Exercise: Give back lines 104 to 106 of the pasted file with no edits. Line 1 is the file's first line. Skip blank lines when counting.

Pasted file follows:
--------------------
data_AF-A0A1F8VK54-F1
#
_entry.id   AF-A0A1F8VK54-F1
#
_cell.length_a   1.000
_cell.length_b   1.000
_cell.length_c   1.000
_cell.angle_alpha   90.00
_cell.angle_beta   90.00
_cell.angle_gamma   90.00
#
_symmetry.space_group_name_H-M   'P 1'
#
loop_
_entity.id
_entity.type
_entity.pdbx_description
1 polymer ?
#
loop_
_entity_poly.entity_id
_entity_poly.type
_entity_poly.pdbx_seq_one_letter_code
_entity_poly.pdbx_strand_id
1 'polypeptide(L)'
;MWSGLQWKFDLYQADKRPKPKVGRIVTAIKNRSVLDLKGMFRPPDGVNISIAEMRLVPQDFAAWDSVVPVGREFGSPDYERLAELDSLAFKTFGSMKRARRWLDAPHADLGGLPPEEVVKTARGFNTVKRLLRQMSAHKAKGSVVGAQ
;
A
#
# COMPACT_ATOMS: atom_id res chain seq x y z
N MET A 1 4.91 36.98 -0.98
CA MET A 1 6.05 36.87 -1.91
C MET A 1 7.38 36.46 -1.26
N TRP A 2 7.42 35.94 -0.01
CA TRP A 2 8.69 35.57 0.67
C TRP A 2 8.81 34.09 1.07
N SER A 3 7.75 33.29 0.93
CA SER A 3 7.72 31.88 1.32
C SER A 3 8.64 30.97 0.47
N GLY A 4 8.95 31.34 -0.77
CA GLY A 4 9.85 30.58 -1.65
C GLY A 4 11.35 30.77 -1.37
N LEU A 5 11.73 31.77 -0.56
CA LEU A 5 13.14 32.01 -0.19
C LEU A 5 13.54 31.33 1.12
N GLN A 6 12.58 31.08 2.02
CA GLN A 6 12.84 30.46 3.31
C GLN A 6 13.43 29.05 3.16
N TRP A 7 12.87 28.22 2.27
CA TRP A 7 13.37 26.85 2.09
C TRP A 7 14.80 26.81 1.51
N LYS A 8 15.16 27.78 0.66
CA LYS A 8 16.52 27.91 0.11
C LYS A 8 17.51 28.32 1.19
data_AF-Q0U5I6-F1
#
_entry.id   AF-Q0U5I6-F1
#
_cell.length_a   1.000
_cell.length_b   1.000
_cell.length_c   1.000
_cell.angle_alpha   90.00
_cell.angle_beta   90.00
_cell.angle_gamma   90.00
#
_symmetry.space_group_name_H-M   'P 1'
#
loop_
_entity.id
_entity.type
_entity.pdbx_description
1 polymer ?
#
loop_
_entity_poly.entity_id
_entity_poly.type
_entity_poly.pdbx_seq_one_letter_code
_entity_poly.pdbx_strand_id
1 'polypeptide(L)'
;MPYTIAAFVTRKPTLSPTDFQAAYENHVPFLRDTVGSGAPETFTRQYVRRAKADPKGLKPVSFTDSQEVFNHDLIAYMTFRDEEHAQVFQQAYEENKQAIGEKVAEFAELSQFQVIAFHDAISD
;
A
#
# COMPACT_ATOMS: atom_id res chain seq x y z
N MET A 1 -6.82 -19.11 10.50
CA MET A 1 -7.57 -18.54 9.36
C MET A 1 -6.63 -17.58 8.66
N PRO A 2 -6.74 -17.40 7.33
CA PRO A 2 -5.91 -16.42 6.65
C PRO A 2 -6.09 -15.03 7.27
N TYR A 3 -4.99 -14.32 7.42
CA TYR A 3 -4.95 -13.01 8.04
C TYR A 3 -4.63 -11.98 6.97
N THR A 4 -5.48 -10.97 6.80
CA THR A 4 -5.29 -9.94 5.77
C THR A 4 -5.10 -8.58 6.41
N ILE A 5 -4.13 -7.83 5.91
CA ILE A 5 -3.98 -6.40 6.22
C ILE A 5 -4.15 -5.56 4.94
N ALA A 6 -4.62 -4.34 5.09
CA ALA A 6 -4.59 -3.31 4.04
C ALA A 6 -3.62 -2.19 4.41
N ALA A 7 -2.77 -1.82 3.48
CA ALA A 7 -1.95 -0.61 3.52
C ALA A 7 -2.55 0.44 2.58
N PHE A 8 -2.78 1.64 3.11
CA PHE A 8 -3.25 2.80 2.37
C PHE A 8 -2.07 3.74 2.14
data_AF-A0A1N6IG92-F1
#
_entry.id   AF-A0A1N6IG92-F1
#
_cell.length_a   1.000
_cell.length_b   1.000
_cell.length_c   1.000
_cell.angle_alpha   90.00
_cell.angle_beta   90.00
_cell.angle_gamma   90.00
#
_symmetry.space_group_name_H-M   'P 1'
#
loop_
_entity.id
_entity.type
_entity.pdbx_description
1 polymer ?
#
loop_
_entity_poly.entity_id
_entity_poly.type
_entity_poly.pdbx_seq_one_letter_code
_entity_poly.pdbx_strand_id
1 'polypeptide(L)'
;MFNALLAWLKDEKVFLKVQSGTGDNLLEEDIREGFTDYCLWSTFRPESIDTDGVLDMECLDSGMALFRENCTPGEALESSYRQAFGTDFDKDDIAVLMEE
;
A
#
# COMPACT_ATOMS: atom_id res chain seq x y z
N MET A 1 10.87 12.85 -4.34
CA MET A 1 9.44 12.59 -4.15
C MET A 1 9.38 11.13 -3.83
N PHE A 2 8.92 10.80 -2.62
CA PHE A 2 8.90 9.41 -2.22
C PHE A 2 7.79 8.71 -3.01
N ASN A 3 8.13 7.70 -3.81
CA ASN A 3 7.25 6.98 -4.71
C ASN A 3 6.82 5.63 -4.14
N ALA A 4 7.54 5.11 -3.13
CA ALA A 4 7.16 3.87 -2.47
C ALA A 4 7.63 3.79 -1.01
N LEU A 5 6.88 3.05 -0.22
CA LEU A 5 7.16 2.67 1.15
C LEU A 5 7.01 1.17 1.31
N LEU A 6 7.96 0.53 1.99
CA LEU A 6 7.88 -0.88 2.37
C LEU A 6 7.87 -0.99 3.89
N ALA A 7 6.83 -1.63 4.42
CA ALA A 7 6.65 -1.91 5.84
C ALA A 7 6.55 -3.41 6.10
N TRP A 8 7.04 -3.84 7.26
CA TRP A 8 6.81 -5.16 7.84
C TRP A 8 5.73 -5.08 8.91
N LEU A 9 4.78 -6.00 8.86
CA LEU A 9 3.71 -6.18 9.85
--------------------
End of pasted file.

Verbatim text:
CA ALA A 7 -1.95 -0.61 3.52
C ALA A 7 -2.55 0.44 2.58
N PHE A 8 -2.78 1.64 3.11